Seoul Experiences: Hyochang Park and Kim Koo Museum and Library (효창공원 & 백범김구 기념관)

On first glance, the unassuming Hyochang Park appears as any other park but it's one that holds but is steeped in rich history.

Located just by the campus of Sookmyung Women's University, this park covers around 122,245 square meters and is unfortunately overlooked by both visitors and locals alike.

Its beginnings is actually not as a park but actually as a royal cemetery called Hyochangwon holding a number of Joseon Dynasty era prince, princess, and royal concubines. Unfortunately, this was yet another royal and/or religious/cultural site that was desecrated during the Japanese colonial period when those in charge decided they would upend the tombs, move them elsewhere (to present day Seooreung Tombs) and then redevelop what was once meant to be the final resting place for some, as a public park which it has remained since.

Today, its many trails that winds over forested slopes makes it a nice and peaceful respite from urban life.Hyochang Park, however, is no regular park as it serves as an important homage to some of Korea's greatest independence fighters including the tomb and museum of the great patriot Kim Koo.

Akin to what Nelson Mandela or Frederick Douglas represented for the struggles of humanity in their respective contexts, Kim Koo is also largely considered the "father" of Korea's independence movement from the Japanese. 

I was actually stunned to know that his tomb sat right in the heart of Hyochang Park but I was even more surprised when I saw that my fellow Korean friends I was with didn't even know Kim Koo's resting place was here (they assumed it was located in the National Cemetery). 

Just next to Mr. Kim's final resting place is a free and well done museum and library that sheds light on his fascinating and illustrious life which took him all over Korea and into China as well.

Almost immediately upon entering the museum and library is a great hall that pays respect to Kim Koo including a quote from him on his wishes for Korea, not as a powerful aggressor nation, but as a beautiful and culture-rich nation.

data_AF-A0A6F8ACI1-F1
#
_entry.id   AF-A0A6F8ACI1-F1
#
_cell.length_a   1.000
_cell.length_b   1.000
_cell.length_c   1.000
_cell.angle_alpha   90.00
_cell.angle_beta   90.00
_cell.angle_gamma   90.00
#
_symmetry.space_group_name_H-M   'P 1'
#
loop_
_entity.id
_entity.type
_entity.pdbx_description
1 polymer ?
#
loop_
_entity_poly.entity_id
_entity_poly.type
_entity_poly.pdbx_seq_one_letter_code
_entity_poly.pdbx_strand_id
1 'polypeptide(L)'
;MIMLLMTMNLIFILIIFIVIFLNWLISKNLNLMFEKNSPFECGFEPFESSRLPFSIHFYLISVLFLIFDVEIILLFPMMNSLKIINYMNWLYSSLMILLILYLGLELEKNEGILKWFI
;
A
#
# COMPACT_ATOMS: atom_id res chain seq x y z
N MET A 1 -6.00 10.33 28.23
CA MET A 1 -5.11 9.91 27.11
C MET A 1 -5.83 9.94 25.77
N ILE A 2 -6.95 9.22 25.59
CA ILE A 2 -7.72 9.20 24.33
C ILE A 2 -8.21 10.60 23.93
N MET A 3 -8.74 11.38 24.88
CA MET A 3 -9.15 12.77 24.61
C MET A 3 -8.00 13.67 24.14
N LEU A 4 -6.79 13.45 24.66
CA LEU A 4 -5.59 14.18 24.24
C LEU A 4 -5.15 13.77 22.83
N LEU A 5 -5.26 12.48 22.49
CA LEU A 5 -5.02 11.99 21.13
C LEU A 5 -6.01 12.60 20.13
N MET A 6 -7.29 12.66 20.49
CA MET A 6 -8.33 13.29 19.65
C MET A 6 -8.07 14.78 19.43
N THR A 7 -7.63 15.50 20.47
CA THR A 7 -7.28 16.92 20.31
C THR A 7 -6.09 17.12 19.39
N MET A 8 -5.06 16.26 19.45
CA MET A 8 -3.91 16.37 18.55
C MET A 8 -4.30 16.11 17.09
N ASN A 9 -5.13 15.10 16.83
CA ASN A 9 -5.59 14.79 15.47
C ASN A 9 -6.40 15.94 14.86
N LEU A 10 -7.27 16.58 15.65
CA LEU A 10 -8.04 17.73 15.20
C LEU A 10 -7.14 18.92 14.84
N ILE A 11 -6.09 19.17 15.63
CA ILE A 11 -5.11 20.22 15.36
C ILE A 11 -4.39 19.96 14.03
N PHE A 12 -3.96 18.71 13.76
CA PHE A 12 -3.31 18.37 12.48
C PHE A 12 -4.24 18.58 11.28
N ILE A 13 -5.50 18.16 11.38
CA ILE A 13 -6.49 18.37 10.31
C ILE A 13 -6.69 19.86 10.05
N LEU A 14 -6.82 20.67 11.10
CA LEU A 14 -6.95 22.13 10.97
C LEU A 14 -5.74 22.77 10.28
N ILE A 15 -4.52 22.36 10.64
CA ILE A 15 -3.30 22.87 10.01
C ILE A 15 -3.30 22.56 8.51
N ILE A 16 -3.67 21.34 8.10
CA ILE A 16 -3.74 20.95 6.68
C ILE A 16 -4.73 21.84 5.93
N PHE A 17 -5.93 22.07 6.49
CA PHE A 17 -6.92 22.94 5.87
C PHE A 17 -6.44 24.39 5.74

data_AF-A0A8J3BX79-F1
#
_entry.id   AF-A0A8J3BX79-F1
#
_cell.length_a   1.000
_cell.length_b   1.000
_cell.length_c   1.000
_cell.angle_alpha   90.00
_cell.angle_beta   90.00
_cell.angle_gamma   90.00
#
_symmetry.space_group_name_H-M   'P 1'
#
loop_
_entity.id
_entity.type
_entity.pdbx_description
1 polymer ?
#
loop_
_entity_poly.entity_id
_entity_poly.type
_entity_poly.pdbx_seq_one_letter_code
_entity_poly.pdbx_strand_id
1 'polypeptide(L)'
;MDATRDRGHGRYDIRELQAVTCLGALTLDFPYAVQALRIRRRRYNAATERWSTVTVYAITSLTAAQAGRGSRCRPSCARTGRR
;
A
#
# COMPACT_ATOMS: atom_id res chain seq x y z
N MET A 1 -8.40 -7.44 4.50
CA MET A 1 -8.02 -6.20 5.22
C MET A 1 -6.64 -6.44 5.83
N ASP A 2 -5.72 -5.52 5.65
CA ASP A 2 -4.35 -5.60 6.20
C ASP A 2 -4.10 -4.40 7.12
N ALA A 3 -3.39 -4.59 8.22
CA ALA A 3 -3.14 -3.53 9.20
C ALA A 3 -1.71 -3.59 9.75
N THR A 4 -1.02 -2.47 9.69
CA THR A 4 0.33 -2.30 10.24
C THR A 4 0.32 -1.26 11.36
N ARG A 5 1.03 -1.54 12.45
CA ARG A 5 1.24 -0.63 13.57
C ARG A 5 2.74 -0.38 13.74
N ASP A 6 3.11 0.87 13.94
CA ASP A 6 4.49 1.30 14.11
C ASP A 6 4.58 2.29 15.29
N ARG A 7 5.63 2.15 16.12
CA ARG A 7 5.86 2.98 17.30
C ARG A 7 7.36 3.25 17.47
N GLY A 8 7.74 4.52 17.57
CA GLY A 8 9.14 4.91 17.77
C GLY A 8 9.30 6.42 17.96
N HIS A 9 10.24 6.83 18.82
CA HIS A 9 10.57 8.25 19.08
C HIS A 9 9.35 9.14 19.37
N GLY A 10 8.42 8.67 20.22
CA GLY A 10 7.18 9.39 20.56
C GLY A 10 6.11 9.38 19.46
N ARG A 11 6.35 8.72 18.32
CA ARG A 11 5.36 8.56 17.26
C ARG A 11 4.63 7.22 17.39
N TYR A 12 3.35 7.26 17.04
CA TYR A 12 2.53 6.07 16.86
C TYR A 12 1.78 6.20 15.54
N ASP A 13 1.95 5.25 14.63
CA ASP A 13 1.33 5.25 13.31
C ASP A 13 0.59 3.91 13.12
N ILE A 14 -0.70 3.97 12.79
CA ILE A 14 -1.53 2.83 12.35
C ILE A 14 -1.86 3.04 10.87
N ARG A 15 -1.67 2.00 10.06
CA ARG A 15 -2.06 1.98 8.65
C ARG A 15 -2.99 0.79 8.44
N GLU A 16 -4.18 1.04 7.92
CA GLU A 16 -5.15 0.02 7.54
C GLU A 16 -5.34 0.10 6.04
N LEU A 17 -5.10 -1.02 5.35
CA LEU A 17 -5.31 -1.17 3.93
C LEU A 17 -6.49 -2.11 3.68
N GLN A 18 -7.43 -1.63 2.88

The museum is well laid out that offers a pretty thorough look at his life in full with many pictures, displays, and artifacts. Even his blood splattered white hanbok he wore when he died from an assassination attempt is held here.

The footnote version of this important man's life is as follows:

Continuing on from the Kim Koo Museum one comes upon the Uiyeolsa Shrine. Kim Koo actually served as the president of the provisional government of Korea that was established in Shanghai during Korea's struggle for independence and the Uiyeolsa Shrine pays respect to him and six other leaders of this government during then with their portraits hung on the small but peaceful shrine.

Continuing on, one comes across four more tombs. These four are tombs of key martyrs who were involved in the movement and died in their struggle.

Though the sign says there are three tombs one will see four. The reason being that the fourth one (the furthest on the left) is the one for the legendary An Jung Geun who successfully assassinated Ito Hirobumi, the then Resident-General of Korea but who paid the price with his life and whose body and its whereabouts, to this day, has not been divulged by the Japanese government. The space is meant to serve as the final resting place for patriot An when his remains are returned/found.

It's rather unfortunate that these and other leaders, martyrs, and important figures of the independence struggle have largely been relegated to footnotes in modern Korean history. The personal sacrifices they made- many having given up their lives- for the sake of their country is deeply noble and one can't help but be moved as he or she uncovers the high costs that were made.

It's rather unusual that such a peaceful park contains within it the final resting places of such important individuals but perhaps there's a poignant reflection of present day Korean society in the fact that such an unassuming location is where these respect-deserving figures have been laid to rest in the heart of bustling, modern, metropolitan Seoul

177-18, Hyochangwon-ro, Yongsan-gu, Seoul
서울특별시 용산구 효창원로 177-18 (효창동) 일대

Admission Fee:

Phone number:

Kim Koo Museum and Library-

Getting there:
From Exit 1 of Hyochang Park Station, walk north about 400 meters and you'll see the entrance just past the Hyochang Stadium.